Professor of Biomedical Engineering
Specialization: Function, assembly, and plasticity of neuronal circuits
Johns Hopkins University School of Medicine
733 N. Broadway Avenue, MRB 379
Baltimore, MD 21205
Brains are uniquely adapted to solve quintessential survival problems that face an individual in its daily life. Thus, our brains must both accurately represent (encode) stimuli in the outside world and use that representation to generate appropriate behavioral actions. The sensory representation of the environment is established during early development and is further shaped by early life experience. Therefore, our research focuses on understanding how our experience of and interaction with the world shapes our brains and thus who we are.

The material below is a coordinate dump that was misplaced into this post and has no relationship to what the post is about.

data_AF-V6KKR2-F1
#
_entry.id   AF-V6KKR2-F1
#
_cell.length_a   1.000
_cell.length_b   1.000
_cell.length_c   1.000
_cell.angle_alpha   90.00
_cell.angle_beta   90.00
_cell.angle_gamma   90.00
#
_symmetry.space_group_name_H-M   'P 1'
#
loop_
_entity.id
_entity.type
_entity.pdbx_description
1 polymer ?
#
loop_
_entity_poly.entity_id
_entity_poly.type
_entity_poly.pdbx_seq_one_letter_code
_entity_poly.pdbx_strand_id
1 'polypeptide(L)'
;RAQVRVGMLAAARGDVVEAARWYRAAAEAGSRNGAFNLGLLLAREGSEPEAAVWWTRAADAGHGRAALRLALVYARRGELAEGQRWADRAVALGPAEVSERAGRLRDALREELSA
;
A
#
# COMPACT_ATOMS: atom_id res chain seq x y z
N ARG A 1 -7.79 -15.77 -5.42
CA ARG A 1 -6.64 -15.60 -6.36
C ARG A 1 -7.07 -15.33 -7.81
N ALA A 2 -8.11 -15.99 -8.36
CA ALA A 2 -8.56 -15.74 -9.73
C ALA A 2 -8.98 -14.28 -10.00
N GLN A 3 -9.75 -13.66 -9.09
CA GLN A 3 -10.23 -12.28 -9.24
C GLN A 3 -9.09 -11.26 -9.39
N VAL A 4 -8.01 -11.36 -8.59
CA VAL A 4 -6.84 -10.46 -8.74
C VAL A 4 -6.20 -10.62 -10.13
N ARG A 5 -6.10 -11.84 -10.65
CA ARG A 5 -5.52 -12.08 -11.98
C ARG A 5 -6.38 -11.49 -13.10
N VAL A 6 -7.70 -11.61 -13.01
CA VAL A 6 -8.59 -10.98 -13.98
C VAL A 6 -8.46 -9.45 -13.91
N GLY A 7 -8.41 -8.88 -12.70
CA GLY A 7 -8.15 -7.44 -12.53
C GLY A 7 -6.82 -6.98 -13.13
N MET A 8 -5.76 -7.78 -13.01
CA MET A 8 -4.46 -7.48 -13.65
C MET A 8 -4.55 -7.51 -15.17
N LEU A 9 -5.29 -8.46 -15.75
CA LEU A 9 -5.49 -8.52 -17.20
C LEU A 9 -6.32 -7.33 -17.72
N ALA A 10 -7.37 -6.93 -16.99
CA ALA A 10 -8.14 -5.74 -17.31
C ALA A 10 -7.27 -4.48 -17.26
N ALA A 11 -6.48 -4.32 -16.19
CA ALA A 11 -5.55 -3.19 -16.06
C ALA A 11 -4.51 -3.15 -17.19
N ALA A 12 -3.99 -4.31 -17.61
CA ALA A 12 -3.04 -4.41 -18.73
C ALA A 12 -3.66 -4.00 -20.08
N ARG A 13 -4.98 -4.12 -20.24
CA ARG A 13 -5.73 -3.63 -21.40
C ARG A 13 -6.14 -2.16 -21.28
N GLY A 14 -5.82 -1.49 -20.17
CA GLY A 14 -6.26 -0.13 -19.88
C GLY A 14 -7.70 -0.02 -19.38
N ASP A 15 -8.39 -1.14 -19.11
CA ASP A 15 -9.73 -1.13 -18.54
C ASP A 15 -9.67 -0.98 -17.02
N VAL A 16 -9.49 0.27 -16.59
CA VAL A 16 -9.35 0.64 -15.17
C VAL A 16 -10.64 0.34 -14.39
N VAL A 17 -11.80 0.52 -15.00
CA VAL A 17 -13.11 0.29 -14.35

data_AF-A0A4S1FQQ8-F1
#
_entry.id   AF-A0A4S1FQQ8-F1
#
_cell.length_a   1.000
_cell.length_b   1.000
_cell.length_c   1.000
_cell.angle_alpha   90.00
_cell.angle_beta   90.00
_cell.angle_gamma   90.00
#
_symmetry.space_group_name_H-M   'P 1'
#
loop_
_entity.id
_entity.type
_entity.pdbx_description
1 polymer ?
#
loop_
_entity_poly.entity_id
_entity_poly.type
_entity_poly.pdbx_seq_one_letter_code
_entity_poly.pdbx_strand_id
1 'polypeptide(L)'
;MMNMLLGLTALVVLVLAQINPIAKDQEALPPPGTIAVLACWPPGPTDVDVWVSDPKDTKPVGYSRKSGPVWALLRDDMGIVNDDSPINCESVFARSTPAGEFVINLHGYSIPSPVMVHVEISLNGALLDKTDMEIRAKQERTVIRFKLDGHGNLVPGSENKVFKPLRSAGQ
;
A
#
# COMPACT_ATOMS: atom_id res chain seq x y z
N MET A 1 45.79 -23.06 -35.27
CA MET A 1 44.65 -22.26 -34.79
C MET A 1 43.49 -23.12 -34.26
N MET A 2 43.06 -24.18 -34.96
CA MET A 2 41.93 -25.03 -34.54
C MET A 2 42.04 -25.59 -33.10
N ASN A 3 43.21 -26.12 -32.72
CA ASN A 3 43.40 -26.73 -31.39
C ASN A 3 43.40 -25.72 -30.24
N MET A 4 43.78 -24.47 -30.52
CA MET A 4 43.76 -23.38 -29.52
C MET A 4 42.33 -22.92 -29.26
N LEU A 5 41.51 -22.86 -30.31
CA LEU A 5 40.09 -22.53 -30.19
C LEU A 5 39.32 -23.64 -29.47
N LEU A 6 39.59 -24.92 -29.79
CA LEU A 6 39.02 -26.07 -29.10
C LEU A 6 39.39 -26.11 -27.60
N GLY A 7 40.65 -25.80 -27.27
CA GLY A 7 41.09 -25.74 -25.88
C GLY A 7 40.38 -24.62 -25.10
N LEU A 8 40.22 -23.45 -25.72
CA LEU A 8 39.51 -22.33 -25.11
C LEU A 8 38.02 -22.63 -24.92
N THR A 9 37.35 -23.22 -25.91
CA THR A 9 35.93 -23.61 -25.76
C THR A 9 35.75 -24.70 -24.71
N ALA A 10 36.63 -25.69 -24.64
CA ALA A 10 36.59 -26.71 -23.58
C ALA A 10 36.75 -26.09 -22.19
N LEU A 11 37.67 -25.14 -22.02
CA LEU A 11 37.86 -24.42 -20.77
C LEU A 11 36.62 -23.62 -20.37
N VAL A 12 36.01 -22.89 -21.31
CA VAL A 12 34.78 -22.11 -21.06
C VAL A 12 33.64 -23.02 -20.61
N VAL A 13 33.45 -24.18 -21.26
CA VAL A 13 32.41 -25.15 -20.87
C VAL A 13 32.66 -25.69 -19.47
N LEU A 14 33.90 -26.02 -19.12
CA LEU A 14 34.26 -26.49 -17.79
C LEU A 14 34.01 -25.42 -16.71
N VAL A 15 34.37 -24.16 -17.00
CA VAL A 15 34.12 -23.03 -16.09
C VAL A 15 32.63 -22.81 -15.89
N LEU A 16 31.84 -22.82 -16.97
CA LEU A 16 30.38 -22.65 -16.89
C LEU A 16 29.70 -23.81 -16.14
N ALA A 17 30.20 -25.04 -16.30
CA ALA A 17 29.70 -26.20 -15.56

Since the human brain is a very complex neuronal circuit, we are investigating key questions on a circuit level: how does this circuit work, how does it wire up during development, and how is our experience of the world shaping this process?
To begin to answer these questions we investigate the circuits present in the developing and adult brain, their function, and their influence of brain development and plasticity. One focus is on probing circuit function using in vivo 2-photon imaging and holography in behaving animals the other is on detailed in vitro circuit mapping. We are particularly interested in circuits that underlie the formation of the functional architecture of the sensory cortex and circuits underlying plasticity in both the neonatal and adult brain.